Production Company: Warner Bros.
Top Billed Actors: George Arliss, Doris Lloyd, David Torrence
IMDb Rating: 6.5
*Best Picture Nominee*
Won 1 Oscar:
Best Actor - George Arliss
Nominated for 2 more:
Best Writing - Julien Josephson
Plot: The Prime Minister of Great Britain wants to purchase a ditch in Egypt and so do some Russians.
The main reason to watch this film today starts and ends with Arliss. An aging star at the time, Arliss put his name on the sound picture map with this incredible performance. Although the acting style can be seen as outdated by today's standards, Arliss never disappoints and commands attention in each and every scene. I've seen some call it 'stagey' but it fits the context as an adaptation to the play. Arliss demonstrates everything from sheer joy to extreme sorrow, all with talking involved! This depth of acting was relieving as the crop of movies from the second Awards did not contain this essential ingredient. Another relieving feature of this film was multiple camera angles during dialogue sequences. As this whole movie was essentially a play on film, the switching of cameras was vital in keeping the viewer tuned in. This may seem trivial, even for movies in the 1930s, but past movies I have watched for this project such as In Old Arizona (1928) and Coquette (1929) kept one camera on the acting for entire dialogue scenes.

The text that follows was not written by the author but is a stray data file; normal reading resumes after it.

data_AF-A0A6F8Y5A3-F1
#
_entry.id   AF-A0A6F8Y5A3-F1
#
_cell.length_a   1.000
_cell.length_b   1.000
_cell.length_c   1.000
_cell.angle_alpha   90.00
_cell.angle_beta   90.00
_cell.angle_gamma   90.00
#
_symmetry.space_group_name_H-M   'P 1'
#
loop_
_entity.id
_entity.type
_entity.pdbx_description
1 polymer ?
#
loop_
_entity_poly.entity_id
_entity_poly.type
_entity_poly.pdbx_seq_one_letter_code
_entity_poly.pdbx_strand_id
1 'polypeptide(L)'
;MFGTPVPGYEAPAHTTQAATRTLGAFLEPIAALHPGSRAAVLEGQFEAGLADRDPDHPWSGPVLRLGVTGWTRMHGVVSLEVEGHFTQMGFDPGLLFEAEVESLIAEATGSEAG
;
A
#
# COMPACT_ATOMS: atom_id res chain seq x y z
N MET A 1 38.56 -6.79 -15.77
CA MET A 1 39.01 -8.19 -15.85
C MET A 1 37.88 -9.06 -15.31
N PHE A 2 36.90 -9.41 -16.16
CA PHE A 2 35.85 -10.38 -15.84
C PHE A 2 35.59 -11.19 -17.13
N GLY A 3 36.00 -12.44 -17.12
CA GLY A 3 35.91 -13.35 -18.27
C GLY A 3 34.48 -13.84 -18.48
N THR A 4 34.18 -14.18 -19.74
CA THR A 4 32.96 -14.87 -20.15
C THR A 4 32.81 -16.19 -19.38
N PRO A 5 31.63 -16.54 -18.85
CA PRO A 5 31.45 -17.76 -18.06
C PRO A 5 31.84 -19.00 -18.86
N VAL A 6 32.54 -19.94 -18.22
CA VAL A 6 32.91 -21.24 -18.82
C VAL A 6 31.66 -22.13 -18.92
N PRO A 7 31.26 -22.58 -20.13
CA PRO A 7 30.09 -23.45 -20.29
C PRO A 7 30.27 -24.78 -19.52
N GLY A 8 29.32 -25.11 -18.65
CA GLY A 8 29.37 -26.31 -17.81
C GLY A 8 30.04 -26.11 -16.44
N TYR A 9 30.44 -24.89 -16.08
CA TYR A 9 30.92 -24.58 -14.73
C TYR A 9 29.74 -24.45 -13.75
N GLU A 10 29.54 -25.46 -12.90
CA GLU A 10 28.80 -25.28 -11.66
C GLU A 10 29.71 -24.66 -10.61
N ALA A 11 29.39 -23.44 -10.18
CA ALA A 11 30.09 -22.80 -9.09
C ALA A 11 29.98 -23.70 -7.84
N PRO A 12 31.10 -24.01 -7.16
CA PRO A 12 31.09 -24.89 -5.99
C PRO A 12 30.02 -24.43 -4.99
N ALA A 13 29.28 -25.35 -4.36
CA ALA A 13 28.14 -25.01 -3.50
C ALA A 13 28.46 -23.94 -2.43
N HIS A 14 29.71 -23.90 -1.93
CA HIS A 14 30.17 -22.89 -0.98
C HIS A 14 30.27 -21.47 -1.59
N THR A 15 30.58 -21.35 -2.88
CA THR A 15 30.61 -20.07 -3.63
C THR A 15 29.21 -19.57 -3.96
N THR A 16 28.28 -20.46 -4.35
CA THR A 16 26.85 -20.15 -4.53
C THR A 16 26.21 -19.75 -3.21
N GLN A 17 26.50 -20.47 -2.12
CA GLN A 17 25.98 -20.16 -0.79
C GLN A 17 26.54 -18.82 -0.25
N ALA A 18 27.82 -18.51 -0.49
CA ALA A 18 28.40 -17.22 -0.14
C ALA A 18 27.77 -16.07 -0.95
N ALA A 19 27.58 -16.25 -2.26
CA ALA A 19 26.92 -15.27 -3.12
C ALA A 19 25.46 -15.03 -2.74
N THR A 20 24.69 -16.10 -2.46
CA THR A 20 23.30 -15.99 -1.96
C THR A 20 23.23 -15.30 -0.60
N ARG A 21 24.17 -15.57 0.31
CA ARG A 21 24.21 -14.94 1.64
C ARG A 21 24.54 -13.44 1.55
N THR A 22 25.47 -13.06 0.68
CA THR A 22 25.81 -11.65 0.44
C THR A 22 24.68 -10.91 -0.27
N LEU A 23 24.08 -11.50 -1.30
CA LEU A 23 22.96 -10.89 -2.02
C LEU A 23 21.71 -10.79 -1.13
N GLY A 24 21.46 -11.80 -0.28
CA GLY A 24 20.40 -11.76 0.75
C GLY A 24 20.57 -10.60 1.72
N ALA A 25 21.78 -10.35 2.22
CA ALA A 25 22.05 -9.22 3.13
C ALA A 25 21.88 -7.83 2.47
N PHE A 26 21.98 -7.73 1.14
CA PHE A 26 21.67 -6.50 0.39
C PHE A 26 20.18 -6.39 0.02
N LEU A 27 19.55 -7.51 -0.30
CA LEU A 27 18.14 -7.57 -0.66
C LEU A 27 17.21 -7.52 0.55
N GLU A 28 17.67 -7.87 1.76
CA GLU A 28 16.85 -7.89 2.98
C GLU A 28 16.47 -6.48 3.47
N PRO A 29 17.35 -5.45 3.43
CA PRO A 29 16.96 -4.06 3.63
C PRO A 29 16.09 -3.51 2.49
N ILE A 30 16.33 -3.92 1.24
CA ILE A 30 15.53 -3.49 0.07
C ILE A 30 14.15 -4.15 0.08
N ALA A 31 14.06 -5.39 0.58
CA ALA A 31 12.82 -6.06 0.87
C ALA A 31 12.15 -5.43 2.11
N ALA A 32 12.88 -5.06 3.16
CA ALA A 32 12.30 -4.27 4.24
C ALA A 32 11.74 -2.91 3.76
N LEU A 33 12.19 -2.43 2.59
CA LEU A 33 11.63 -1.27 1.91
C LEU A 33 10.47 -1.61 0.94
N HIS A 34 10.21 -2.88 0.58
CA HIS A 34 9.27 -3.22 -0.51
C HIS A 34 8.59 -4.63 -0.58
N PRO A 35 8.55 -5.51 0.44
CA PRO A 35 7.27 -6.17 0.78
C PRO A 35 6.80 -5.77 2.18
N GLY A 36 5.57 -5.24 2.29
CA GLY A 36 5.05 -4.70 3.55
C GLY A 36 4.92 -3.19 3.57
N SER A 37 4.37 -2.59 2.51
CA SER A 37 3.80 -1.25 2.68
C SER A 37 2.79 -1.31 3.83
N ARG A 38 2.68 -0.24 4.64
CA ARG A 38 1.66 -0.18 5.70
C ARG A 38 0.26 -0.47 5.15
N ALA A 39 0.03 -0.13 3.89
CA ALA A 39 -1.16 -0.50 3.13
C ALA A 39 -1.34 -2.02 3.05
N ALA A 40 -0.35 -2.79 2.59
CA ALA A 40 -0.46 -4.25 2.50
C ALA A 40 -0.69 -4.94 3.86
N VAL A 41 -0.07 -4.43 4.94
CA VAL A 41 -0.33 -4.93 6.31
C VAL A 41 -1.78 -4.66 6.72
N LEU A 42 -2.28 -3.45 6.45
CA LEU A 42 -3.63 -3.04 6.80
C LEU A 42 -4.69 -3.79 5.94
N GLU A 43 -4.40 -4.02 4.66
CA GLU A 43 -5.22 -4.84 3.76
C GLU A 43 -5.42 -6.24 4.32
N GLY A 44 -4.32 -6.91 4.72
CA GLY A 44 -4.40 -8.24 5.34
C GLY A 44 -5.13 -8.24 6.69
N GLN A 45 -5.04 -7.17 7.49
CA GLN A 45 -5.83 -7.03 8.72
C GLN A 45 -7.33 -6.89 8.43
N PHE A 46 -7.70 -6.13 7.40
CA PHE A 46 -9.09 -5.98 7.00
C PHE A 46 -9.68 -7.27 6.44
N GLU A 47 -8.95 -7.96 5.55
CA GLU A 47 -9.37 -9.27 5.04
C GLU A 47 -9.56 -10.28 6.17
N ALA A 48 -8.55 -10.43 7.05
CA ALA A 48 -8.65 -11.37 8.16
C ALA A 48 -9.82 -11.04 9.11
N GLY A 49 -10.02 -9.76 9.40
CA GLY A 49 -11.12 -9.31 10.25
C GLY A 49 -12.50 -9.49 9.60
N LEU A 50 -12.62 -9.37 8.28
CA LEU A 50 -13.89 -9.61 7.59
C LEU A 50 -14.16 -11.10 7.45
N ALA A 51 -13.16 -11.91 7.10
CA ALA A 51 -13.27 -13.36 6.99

This movie does fail for modern viewers in many regards. No music, even in between scenes, made this film very dry. It really was like watching a play captured on film, except in real locations. Like I said before, the acting is also very outdated and seems 'stagey.' The plot is also somewhat dull. The film focuses on Arliss' Disraeli character while the "action," in my opinion, would have been the negotiations to purchase the Suez Canal in Cairo. Instead, we see Arliss receiving telegrams and merely talking with other characters. These complaints make the movie suffer from a pacing perspective as well. It was better than expected, but can still be very slow at times.
Overall, this was a great start to the third Awards batch. Despite the outdated film techniques, the excellent acting by George Arliss drives this movie to a high status in film history.
My Score: 6/10